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Social and Sporting Activities of Aboriginal and Torres Strait Islander Peoples
PARTICIPATION IN AT LEAST ONE SOCIAL OR SPORTING ACTIVITY(a) - 2002
Participation in social and sporting activities was consistently high for Indigenous peoples across all age groups, with overall participation decreasing only gradually with age. For example, Indigenous peoples aged 55 years and over were only slightly less likely to have been involved in an activity in the previous 3 months (81%) than those aged 45-54 years (86%). While young Indigenous adults aged 15-24 years reported they had taken part, on average, in four different types of activities in the last 3 months, those aged 55 years and over had taken part in three on average. There was also little variation in the overall participation rates of Indigenous men and women (91% and 89% respectively).
Although Indigenous peoples who assessed their health as Very Good or Excellent were somewhat more likely to have been involved in a social or sporting activity than those who assessed their health as Poor (94% and 82% respectively), participation rates were high for both groups. Similarly, 86% of Indigenous peoples with a disability or long-term health condition had been involved in at least one activity in the past three months - not much less than those who did not have a disability or long-term health condition (92%).
Opportunities for involvement in social and sporting activities can often be connected with a person's workplace. Again, while participation was high for all Indigenous peoples, those who were employed, including those working for the Community Development Employment Projects scheme (CDEP), (endnote 3) had participated in social and sporting activities at a slightly higher rate than those who were unemployed (95% compared with 86%). In keeping with this, 95% of those whose primary source of income was wages or salary or CDEP had participated in at least one activity, compared with 85% of those whose primary source of income was a government pension or allowance.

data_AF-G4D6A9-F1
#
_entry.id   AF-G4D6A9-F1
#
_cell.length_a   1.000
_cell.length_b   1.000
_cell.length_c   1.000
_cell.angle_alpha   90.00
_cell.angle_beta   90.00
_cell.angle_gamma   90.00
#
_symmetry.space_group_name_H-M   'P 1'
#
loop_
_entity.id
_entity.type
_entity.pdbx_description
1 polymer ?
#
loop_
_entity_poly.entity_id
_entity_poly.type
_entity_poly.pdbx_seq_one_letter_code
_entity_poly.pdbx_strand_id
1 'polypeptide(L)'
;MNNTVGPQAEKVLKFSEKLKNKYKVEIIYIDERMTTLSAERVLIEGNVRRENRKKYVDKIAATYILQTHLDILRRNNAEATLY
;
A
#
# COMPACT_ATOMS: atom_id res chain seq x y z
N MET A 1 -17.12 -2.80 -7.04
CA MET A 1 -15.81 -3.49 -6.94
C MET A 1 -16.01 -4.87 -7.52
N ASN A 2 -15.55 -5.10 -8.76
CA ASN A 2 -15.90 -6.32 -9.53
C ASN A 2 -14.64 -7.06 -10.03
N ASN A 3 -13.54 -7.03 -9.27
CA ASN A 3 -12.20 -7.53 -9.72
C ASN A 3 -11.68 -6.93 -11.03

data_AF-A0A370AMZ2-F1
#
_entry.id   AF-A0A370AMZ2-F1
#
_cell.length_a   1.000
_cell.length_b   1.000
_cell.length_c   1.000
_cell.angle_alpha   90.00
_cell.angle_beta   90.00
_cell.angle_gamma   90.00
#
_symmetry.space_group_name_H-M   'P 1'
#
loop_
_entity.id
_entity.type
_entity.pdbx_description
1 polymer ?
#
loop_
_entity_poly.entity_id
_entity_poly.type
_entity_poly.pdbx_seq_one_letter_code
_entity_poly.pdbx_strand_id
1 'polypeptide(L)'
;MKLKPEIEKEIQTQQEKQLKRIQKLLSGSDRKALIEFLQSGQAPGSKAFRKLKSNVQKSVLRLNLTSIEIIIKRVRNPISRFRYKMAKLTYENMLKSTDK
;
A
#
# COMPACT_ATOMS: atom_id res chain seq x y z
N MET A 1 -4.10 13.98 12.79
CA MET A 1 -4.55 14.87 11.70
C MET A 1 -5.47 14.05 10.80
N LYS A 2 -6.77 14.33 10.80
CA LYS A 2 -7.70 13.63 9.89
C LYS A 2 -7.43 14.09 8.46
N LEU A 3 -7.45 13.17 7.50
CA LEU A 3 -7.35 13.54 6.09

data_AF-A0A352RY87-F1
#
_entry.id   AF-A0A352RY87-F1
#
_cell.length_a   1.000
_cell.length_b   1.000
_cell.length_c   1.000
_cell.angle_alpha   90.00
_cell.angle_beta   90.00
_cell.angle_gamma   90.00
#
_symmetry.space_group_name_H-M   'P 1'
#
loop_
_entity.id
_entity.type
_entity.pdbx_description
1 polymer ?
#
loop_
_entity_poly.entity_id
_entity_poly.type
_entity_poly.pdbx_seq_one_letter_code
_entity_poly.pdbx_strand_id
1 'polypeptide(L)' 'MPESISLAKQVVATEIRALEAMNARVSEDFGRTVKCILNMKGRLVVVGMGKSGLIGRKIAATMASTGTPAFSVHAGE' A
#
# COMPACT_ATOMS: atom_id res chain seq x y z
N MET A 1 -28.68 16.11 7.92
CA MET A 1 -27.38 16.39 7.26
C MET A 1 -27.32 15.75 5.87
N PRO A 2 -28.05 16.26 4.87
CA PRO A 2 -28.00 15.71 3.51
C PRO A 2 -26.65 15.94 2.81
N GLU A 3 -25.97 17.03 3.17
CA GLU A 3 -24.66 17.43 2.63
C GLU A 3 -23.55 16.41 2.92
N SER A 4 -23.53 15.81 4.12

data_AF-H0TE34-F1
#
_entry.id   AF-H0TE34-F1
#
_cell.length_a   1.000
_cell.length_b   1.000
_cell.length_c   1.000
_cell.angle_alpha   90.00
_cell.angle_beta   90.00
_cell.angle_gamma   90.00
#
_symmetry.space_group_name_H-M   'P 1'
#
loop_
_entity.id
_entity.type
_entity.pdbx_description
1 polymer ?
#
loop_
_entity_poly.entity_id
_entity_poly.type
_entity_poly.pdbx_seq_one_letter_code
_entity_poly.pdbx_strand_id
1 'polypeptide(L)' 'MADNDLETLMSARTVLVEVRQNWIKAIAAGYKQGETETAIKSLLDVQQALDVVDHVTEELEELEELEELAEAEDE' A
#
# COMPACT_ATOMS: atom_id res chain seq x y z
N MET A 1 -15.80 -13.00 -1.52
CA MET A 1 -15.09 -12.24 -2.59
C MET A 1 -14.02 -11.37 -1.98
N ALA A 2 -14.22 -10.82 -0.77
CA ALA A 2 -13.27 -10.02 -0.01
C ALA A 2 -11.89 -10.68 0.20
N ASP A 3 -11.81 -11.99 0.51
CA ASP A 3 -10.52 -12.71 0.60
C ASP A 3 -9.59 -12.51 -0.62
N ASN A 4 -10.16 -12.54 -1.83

...major cities and regional areas
In 2001, most Indigenous peoples lived in non-remote areas of Australia (i.e. in Major Cities, Inner Regional areas or Outer Regional areas). Three quarters of the Indigenous population (74%) lived in these areas, while the rest (26%) lived in remote areas (i.e. Remote Australia and Very Remote Australia). In comparison, only 2% of non-Indigenous peoples lived in remote areas.
In non-remote areas, the most commonly reported activity was going to a cafe, restaurant or bar (64% of Indigenous Australians living in non-remote areas had done this in the previous three months). The next most common activities were: visiting a park, zoo, botanical gardens or theme park (46%), going to a movie, theatre or concert (45%), attending a sporting event as a spectator (also 45%), and involvement in sport or physical activities (36%). Community or special interest group activities and church or religious activities were reported least often (16% and 17% respectively).
A similar proportion of Indigenous men and women living in non-remote areas participated in social activities (90% compared with 89%). There was, however, some difference in the types of activities men and women undertook. Indigenous women living in these areas were more likely than Indigenous men to have visited a library, museum or art gallery (38% compared with 25%), and more likely to report involvement in church or religious activities (20% compared with 14%). On the other hand, more Indigenous men had been actively involved in a sport or physical activity (43%) than Indigenous women (29%). Men were also more likely to have attended a sporting event as a spectator (48% compared with 41% of women living in non-remote areas).
There were also some age-related differences in participation. Young Indigenous peoples (aged 15-24 years) living in non-remote areas were three times more likely than those aged 55 years and over to have gone to the movies, the theatre or a concert (61% compared with 21%). Participation in a sport or physical activity was most common among those aged 15-24 years (51%), gradually decreasing with age, to just 15% of older Indigenous peoples.